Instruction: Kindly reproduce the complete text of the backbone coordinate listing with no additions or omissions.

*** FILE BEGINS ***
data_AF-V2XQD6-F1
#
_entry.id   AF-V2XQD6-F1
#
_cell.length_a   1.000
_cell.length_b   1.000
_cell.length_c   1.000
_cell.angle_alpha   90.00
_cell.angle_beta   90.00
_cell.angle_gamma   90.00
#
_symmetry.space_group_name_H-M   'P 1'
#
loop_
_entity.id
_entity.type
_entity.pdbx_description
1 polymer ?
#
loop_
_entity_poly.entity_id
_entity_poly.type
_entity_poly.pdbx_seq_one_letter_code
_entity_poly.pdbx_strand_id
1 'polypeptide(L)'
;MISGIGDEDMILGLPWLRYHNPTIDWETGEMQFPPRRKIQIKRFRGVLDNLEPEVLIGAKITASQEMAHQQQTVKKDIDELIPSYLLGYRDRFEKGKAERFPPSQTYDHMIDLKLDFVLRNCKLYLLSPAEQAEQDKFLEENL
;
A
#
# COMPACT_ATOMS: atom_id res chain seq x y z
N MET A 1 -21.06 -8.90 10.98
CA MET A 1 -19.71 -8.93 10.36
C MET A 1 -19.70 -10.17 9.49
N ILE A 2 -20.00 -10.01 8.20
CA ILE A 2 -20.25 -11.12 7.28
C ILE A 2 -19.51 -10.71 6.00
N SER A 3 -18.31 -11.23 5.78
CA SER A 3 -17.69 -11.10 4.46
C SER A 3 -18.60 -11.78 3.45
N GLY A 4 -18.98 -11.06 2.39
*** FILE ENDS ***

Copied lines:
data_AF-V2XQD6-F1
#
_entry.id   AF-V2XQD6-F1
#
_cell.length_a   1.000
_cell.length_b   1.000
_cell.length_c   1.000
_cell.angle_alpha   90.00
_cell.angle_beta   90.00
_cell.angle_gamma   90.00
#
_symmetry.space_group_name_H-M   'P 1'
#
loop_
_entity.id
_entity.type
_entity.pdbx_description
1 polymer ?
#
loop_
_entity_poly.entity_id
_entity_poly.type
_entity_poly.pdbx_seq_one_letter_code
_entity_poly.pdbx_strand_id
1 'polypeptide(L)'
;MISGIGDEDMILGLPWLRYHNPTIDWETGEMQFPPRRKIQIKRFRGVLDNLEPEVLIGAKITASQEMAHQQQTVKKDIDELIPSYLLGYRDRFEKGKAERFPPSQTYDHMIDLKLDFVLRNCKLYLLSPAEQAEQDKFLEENL
;
A
#
# COMPACT_ATOMS: atom_id res chain seq x y z
N MET A 1 -21.06 -8.90 10.98
CA MET A 1 -19.71 -8.93 10.36
C MET A 1 -19.70 -10.17 9.49
N ILE A 2 -20.00 -10.01 8.20
CA ILE A 2 -20.25 -11.12 7.28
C ILE A 2 -19.51 -10.71 6.00
N SER A 3 -18.31 -11.23 5.78
CA SER A 3 -17.69 -11.10 4.46
C SER A 3 -18.60 -11.78 3.45
N GLY A 4 -18.98 -11.06 2.39